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Livia Gershon

Livia Gershon is a freelance writer in Nashua, New Hampshire. Her writing has appeared in publications including Salon, Aeon Magazine and the Good Men Project. Contact her on Twitter @liviagershon.

A rice farmer with a handcart in Pingtung County, Taiwan, circa 1965.

Reclaiming Rice in Taiwan

After World War 2, the US ramped up international food aid, both as a Cold War strategy and as a way to distribute surplus products.
A Cheshire cat stuffed toy, from the permanent collection of The Children’s Museum of Indianapolis.

A Brief History of Literary Cats

There’s nothing like curling up with a good book and a soft cat. Even better is a book with a cat in it.
Two devadesis in Chennai, India, in the 1920s.

How South Asian Temple Dancers Fought Moral Reform

Devadāsīs appealed to a longstanding tradition to argue that they had a legitimate position in their modernizing nation.
Carl Sagan holding a globe model of the planet Mars, 1970s.

Should We Go to Mars? Carl Sagan Had Thoughts

It'd be "a step more significant than the colonization of land by our amphibian ancestors some 500 million years ago." But Sagan had reservations.
An illustration of a dating app with Victorian women's photographs

The “Dating Apps” of Victorian England

They didn't have smartphones back then, but they still had personal ads.
Andrew Carnegie (left) and Melvil Dewey (right)

When Melvil Dewey Pursued Andrew Carnegie’s Millions

A clash of library enthusiasts ended with a sexual harassment scandal.
A Man And Woman Showing Ink-Marked Finger And Voter Card in Calcutta, India

Why Vote? Lessons from Indian Villages

The voters one scholar studied didn't necessarily think they would benefit materially from being on the winning side. But turnout was over 90 percent.
Tobacco sharecropper's wife cleaning up table after washing breakfast dishes. Person County, North Carolina, 1939, by Dorothea Lange

How the New Deal Documented Southern Food Cultures

Photographers and writers hired by the US government presented the foodways of the South to a wide audience.
The Illustrated Police News, November 17, 1888

How Crime Stories Foiled Reform in Victorian Britain

Harsh punishments were declining in the nineteenth century. Then came sensationalist news coverage of a reputed crime wave.
A demon beneath the foot of St. Michael

Where Demons Come From

They're Satan's minions, no?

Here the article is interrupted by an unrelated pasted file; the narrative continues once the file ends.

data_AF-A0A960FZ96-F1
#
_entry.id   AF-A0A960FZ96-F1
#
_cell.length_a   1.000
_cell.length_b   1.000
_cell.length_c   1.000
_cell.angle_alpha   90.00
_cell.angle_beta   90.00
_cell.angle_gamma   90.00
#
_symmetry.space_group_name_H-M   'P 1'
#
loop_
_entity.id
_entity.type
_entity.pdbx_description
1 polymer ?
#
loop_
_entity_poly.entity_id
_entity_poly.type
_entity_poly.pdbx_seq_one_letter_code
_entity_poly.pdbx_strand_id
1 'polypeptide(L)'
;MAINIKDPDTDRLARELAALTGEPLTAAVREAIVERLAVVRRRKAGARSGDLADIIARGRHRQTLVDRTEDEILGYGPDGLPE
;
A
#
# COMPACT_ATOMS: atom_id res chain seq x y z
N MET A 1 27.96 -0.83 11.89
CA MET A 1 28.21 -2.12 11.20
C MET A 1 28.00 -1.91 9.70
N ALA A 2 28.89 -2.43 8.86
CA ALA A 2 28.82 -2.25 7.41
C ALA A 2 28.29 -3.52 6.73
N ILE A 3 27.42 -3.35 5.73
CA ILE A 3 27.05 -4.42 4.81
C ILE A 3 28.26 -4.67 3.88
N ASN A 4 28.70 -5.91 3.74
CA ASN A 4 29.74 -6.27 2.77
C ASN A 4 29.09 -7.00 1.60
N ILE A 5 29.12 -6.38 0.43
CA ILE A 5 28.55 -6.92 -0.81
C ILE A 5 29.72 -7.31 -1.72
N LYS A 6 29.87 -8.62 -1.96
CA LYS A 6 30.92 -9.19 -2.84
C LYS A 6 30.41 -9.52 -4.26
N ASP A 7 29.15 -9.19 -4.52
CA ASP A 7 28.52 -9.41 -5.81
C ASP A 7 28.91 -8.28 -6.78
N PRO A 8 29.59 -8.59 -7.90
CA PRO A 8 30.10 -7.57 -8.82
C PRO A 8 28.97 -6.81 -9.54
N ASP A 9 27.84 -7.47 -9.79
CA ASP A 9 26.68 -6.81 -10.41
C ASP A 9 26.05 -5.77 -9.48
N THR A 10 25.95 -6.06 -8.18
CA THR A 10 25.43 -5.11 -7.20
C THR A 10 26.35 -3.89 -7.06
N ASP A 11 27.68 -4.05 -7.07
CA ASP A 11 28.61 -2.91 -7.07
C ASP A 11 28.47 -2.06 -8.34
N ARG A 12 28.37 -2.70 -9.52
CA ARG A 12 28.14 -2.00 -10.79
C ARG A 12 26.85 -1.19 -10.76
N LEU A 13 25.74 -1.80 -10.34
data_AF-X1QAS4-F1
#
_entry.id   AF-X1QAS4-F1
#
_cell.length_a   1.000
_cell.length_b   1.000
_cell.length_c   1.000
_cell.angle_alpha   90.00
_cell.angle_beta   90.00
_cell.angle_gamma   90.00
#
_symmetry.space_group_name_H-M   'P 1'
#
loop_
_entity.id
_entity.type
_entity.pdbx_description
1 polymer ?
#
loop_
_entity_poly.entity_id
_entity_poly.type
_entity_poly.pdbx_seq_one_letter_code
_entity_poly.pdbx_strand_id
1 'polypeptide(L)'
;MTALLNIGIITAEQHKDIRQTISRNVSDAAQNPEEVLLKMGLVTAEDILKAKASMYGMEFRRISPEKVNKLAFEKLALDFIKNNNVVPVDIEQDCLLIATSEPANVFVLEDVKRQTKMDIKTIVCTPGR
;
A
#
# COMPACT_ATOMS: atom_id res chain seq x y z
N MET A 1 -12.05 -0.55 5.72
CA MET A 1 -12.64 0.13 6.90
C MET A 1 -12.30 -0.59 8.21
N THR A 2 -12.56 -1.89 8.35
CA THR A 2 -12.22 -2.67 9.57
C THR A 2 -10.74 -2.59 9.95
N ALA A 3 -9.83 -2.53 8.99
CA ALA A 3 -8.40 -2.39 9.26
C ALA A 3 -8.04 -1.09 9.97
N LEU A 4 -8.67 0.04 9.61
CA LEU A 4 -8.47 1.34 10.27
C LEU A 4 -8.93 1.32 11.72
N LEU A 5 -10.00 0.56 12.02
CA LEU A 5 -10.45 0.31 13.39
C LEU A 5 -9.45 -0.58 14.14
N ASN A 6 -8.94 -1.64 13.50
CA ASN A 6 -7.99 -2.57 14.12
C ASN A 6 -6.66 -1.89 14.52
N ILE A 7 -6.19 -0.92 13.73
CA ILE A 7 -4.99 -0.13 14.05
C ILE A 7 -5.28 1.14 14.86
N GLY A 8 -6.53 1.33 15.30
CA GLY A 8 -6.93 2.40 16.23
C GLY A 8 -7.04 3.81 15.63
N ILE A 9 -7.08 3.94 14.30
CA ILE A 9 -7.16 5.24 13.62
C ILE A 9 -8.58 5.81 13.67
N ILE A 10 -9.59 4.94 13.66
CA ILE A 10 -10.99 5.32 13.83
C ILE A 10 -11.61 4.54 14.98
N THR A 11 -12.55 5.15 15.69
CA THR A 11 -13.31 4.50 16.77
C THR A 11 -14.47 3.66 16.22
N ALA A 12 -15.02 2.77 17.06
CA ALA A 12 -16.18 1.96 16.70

Ancient human footprints found at White Sands National Park in New Mexico

Why Academic-Indigenous Collaboration Is Tricky

Although many archaeologists are trained to prize objectivity, Indigenous scholars approach research with a different sort of grounding.
Walmart employee Clara Martinez stocks the shelves at a Walmart store on February 19, 2015 in Miami, Florida.

How Retail Sales Became “Unskilled” Work

There's a big difference between how salespeople in traditional department stores and big-box retailers interact with their customers.

How Show Business Went Union

Since the nineteenth century, the IATSE union has organized behind-the-scenes workers, first in theater, then in the movies.
Albert Raboteau

Albert Raboteau on Re-Enchanting the World

The late religion scholar suggested that to regain a sense of wonder, we should look to education.
Thoreau as a Young Man

Did Thoreau Do Yoga?

The transcendentalist was big on Asian texts—at least as he understood them.
Parker Pillsbury

Parker Pillsbury, Nineteenth-Century Male Feminist

Abolitionists like the New Hampshire native believed that masculinity required self-control, setting them against violent enslavers.
From Home Suggestions, 1921

How American Consumers Embraced Color

Vivid hues in everyday products became eye-popping reality in the early twentieth century.
Governor William Burnet of New York meets with the Iroquois in 1721

The Native American Roots of the U.S. Constitution

The Iroquois, Shawnee, Cherokee, and other political formations generally separated military and civil leadership and guarded certain personal freedoms.
A campaigner gives a leaflet to a woman at the Abortion Travel agency store on April 10, 2014 in Madrid, Spain.

Evading Abortion Bans with Mutual Aid

One scholar chronicles how communities have banded together to help each other with abortion care even when it’s against the law.
Man buying garters from a female shop assistant

Sex Panic at the Department Store

Were shopgirls selling more than scents at the perfume counter? Three investigators were determined to find out.
Mary McLeod Bethune with a Line of Girls from her School in Daytona Beach, Florida, 1905

How Black Americans Fought for Literacy

From the moment US Army troops arrived in the South, newly freed people sought ways to gain education—particularly to learn to read and write.
Illustration: Head of a man with a severe disease affecting his face by Christopher D' Alton, 1858

Source: https://www.jstor.org/stable/community.24834473

The Ugly History of Chicago’s “Ugly Law”

In the nineteenth century, laws in many parts of the country prohibited "undeserving" disabled people from appearing in public.
An illustration of strawberries

Strawberries and British Identity Forever

Even though they occupied much of South Asia, British civil servants and their wives wanted a taste of home. Strawberries, for instance.
Osiris flanked by Horus on the left and Isis on the right

A Holy Trinity in Ancient Egypt

The ancient Mediterranean was full of religious expression, and Kemetic culture's concept of a divine family influenced early Christians.
An illustration from a 17th century German theosophical text

The Changing Meaning of “Mysticism”

People who don't follow organized religion sometimes describe themselves as spiritual. But this idea isn't a recent invention.